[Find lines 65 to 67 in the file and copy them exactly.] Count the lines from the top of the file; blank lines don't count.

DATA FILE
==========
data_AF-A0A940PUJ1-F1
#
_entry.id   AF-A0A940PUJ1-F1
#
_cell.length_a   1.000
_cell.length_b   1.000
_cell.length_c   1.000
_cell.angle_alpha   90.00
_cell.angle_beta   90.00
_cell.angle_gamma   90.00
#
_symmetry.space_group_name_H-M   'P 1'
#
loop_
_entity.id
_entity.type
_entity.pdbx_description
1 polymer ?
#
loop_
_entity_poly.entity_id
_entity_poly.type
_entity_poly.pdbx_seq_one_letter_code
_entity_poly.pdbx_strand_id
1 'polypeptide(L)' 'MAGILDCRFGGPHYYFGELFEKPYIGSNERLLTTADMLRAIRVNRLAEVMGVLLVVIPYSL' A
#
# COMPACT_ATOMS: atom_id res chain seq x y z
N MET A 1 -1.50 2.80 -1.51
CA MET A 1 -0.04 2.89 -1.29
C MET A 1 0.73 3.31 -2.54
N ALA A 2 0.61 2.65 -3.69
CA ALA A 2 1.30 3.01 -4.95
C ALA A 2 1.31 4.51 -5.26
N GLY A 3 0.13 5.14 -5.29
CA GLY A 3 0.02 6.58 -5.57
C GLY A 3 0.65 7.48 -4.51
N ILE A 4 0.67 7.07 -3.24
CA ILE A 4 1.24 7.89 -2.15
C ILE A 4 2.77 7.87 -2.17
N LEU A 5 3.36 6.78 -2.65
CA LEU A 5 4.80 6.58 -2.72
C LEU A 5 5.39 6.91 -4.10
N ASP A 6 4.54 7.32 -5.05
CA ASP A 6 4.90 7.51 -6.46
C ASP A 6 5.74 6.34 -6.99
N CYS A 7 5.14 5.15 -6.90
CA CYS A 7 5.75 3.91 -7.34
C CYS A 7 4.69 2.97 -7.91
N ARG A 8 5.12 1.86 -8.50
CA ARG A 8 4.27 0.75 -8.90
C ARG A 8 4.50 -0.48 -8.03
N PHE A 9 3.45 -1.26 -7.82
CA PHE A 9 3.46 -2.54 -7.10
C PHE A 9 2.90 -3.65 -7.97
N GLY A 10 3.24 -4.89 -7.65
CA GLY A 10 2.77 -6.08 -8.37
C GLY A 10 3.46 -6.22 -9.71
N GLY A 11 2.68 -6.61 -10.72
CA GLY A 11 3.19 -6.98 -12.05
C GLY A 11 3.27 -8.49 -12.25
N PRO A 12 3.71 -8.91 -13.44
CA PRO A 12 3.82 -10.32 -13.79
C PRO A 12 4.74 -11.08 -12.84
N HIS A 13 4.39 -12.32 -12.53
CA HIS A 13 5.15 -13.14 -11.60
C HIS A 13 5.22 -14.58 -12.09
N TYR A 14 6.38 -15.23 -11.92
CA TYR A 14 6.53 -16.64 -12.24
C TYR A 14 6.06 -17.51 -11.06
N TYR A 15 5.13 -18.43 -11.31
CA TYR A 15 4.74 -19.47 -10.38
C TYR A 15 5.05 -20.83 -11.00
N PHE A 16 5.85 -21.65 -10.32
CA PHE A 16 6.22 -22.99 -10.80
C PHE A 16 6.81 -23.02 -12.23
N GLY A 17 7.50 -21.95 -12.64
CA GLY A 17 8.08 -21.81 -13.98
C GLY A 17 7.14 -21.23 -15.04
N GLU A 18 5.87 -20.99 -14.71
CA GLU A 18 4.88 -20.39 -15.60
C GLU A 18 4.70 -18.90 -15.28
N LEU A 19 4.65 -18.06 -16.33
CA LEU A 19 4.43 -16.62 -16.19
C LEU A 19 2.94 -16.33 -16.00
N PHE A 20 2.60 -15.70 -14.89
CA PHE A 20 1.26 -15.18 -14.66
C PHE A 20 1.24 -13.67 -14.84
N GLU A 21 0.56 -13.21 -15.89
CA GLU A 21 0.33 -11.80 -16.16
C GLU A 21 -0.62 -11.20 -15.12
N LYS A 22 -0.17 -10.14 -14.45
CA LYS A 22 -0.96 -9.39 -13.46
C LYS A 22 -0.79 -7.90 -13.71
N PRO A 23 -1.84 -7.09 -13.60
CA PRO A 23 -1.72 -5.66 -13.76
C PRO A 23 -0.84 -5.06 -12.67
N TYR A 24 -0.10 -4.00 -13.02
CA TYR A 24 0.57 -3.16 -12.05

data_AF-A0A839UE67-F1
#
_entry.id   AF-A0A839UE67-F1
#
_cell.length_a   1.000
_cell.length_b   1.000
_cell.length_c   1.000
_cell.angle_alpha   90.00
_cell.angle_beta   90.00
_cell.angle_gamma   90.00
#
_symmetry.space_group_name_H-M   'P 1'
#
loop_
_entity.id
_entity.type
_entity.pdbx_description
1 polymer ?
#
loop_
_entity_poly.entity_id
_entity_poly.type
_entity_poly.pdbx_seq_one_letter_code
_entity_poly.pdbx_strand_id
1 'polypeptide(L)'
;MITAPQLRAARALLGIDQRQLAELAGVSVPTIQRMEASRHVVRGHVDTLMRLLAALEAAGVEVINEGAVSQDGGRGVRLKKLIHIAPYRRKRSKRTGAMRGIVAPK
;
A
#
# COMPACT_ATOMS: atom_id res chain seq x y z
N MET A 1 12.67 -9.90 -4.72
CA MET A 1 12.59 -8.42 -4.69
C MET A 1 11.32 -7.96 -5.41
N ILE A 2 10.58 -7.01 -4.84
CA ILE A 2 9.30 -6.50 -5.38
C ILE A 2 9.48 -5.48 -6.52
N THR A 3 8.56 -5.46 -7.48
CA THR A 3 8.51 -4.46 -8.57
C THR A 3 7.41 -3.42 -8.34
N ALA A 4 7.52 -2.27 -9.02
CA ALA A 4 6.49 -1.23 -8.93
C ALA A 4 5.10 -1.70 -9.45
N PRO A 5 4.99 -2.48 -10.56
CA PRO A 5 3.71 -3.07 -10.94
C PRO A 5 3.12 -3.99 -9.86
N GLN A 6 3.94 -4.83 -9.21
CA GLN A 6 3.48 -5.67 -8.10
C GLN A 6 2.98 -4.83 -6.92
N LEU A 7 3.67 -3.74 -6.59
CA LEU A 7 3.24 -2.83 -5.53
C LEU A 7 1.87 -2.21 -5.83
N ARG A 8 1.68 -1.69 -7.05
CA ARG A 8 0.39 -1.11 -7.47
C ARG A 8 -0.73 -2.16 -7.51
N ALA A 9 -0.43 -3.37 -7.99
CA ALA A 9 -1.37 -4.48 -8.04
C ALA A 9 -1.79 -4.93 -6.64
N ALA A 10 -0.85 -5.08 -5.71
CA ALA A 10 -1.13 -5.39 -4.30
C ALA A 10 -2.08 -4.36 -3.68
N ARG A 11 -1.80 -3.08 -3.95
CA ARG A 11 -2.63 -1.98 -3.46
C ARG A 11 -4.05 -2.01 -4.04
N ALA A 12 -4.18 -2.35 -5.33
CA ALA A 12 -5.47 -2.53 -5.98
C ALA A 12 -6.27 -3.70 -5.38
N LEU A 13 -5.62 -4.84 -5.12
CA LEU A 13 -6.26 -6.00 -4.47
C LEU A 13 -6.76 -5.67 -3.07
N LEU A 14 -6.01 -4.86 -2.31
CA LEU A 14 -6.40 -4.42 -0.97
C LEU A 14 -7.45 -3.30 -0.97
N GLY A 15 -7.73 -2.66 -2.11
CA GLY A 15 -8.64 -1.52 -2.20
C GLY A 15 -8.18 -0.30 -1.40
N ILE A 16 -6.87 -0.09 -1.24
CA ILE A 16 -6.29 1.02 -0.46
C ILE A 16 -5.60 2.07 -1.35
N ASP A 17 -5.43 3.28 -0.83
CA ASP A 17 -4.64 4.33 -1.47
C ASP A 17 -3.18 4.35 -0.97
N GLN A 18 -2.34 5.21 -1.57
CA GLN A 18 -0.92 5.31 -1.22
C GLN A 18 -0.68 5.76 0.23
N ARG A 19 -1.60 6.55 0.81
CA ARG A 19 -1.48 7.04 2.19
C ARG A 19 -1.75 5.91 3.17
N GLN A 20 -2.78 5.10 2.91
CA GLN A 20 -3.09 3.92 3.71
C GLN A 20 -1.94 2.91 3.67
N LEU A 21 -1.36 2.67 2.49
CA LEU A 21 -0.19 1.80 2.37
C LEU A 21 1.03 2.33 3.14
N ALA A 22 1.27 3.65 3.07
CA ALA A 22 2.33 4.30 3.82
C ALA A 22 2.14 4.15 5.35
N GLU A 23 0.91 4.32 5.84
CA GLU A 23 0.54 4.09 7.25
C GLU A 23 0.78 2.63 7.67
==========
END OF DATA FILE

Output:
CA HIS A 13 5.15 -13.14 -11.60
C HIS A 13 5.22 -14.58 -12.09
N TYR A 14 6.38 -15.23 -11.92